fasting, or not

According to one authority, to fast means:

1.a. intr. To abstain from food, or to restrict oneself to a meagre diet, either as a religious observance or as a ceremonial expression of grief.

b. with mention of the kind of spare diet permitted. Const. on; †formerly also in, to, with, and quasi-trans. in phrase to fast bread and water.
2.a. gen. To go without food. †Also (contextually) to go without drink. Const. from.
b. Irish Hist. to fast against, upon (a person): said with reference to the custom of sitting without food or drink at the door of a debtor, or any person who refused to satisfy some lawful demand.
c. quasi-trans. in various nonce-uses.
d. trans. To cause to fast or be without food.
3. trans. To pass (time) fasting; to keep or observe (a day, etc.) as a time of abstinence. Also, to fast out. Obs.
According to another trustworthy authority: “The Church defines this [fasting] as one meal a day, and two smaller meals which if added together would not exceed the main meal in quantity. Such fasting is obligatory on Ash Wednesday and Good Friday. The fast is broken by eating between meals and by drinks which could be considered food (milk shakes, but not milk). Alcoholic beverages do not break the fast; however, they seem contrary to the spirit of doing penance.” The Church doesn’t approve of liquid dinners, though this article rightly points out that while there are guidelines for fasting during Lent, there isn’t a cookie cutter mold or one right way to do it. The practice is contextual, not absolute; “good fasting” will look differently from person to person. If you’re wondering whether you’re doing it right, I like this baseline rule: “If you feel as if you are cheating, you probably are.” Guilt is a powerful, revealing thing.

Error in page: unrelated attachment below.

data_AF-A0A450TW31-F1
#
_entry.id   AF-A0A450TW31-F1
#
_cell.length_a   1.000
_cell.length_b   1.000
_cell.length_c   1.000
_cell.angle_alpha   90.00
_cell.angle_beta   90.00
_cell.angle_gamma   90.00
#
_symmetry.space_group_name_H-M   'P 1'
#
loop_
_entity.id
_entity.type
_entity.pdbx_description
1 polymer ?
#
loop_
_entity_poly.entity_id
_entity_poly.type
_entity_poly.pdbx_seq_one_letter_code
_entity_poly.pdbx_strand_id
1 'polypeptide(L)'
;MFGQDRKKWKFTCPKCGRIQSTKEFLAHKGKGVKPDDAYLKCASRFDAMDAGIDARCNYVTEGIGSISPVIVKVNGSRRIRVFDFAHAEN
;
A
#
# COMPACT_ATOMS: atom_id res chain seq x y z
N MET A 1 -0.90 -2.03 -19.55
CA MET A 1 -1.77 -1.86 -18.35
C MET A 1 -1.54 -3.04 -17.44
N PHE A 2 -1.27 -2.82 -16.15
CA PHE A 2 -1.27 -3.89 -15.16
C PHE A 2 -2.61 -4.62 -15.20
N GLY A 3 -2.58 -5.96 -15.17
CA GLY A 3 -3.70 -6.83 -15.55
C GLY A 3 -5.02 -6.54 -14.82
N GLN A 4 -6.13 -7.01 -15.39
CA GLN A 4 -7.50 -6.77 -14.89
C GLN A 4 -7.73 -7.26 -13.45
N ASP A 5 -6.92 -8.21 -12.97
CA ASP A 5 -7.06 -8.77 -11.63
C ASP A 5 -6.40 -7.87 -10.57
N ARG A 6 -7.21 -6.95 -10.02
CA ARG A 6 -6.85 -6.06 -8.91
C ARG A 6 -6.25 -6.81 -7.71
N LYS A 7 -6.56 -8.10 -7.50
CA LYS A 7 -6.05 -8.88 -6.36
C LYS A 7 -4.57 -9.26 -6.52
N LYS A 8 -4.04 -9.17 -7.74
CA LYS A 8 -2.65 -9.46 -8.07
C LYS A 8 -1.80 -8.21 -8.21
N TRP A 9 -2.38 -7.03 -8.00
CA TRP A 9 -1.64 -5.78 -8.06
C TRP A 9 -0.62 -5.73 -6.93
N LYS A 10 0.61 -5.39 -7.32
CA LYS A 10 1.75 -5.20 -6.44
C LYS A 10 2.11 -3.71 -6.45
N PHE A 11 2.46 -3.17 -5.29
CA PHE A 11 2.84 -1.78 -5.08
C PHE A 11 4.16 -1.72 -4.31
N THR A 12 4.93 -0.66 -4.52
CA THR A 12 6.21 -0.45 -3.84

Last year, I observed Lent for the first time by giving up processed foods. I wrote a few entries on the experience, which ended up being a mixed bag. It got off to a rough start, as Lent apparently started before I realized it had. But I valued the opportunity to re-establish some of the connective tissue between myself and the natural products I consumed, and I was grateful for the excuse to struggle with what “processed foods” means in the first place. In the end, though, I questioned the idea of “giving up” something in favor of the inverse notion of “giving toward,” and wondered whether framing my Lenten resolution around the latter would have led to a more fulfilling, less frustrating experience.

At any rate, I’ve decided not to abstain from anything this season, and will content myself to continue pursuing the paths of mindfulness, happiness, and creative expression that I’ve recently discovered. In reflection, I think a lot of my life thus far has involved abstinence of sorts, and I’m willfully shunning that mindset for the time being. So, bring on the Girl Scout cookies — I have 18 years worth of catching up to do. 😛

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Lent: stumbling to the finish line